I saw a sign on store window recently reading, “Let your dreams set sail.”
How often I’ve looked out onto Stuart Lake and saw the sailing boats in the distance.
The peacefulness, the tranquility, the apparent fulfillment of connecting with nature is clear from every sailor’s perspective that I’ve had the recent pleasure of speaking with.
For Paul Inden, Chair of the Stuart Lake Sailing Club, sailing is exhilarating and relaxing.
“We are so lucky to live right on the lake. To have sailing so accessible, it really is special,” Inden says.
Inden, who has been involved with the club since 2000, says that sailing really isn’t considered a snobbish sport as some may conceive it to be.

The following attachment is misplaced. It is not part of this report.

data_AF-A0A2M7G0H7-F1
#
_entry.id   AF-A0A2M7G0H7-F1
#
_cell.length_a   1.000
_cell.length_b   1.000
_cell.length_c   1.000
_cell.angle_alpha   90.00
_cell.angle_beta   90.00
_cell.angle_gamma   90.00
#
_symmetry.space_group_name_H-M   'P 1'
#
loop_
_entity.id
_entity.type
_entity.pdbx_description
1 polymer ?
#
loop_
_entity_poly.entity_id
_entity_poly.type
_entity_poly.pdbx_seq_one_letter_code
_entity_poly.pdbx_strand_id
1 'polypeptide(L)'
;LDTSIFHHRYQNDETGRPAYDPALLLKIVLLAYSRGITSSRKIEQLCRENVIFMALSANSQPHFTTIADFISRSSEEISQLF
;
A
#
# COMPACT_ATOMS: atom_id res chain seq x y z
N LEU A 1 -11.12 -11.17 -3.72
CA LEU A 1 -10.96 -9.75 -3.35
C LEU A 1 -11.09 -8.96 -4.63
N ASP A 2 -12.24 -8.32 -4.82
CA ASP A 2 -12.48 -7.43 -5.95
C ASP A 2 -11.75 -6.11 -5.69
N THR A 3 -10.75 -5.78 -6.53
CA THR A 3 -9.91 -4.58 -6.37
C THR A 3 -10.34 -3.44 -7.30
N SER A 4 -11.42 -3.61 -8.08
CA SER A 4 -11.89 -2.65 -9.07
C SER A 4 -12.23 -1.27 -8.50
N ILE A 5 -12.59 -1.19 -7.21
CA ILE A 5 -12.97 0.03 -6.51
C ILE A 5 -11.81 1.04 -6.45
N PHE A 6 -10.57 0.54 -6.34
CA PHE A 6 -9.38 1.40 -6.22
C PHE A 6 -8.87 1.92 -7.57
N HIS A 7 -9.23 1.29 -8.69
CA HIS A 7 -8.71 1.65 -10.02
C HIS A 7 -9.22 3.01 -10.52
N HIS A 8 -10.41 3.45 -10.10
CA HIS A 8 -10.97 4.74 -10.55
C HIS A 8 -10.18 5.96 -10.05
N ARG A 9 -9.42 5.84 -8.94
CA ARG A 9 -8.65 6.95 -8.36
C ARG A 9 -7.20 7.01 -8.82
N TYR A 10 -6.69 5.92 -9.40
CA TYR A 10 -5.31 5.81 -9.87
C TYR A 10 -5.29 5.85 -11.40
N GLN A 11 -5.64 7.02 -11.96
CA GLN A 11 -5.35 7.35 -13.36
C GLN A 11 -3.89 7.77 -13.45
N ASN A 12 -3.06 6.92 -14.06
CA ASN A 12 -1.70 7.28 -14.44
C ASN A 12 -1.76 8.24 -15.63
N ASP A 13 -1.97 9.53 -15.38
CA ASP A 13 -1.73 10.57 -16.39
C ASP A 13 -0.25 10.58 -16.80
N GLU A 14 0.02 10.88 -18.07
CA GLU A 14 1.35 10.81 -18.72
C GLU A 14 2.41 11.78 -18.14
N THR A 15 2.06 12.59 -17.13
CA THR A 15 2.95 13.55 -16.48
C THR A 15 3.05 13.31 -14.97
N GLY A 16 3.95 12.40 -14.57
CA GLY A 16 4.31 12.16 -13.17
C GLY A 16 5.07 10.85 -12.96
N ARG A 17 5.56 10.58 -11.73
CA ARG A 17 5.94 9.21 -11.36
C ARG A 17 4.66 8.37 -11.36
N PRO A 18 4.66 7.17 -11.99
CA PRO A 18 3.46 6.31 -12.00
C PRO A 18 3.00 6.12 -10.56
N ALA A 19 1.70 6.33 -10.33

“And some think why go slow if you can go fast on a jet boat for example,” Inden says.
For Inden and for many sailors I’m sure, sailing is all about being able to feel and respect nature.
It clears your mind with peacefulness as you appreciate the beauty surrounding you. Sailing offers an escape from the day to day.
And yes, sailing is also about the challenge.
Heinrich Grimm played an integral part in starting the sailing club in Fort St. James 28 years ago.
“We used to go on four day sailing trips on this lake,” Grimm said.
“There’s nothing like it. Sailing is so quiet and peaceful. Mind you I have been caught in few storms on the lake but I’ve never been afraid.”
And Grimm, 91, has no plans of quitting sailing soon. He and his wife are honorary members of the Stuart Lake Sailing Club.
With sailing camps offered throughout the summer and living near stunning Stuart Lake, it seems an opportunity not to be missed.
“It’s sustainable, financially and environmentally,” Inden said.
“At times being in a small town can be so limiting, but living on the lake, we are so lucky to have sailing available. How could we not take advantage of it?”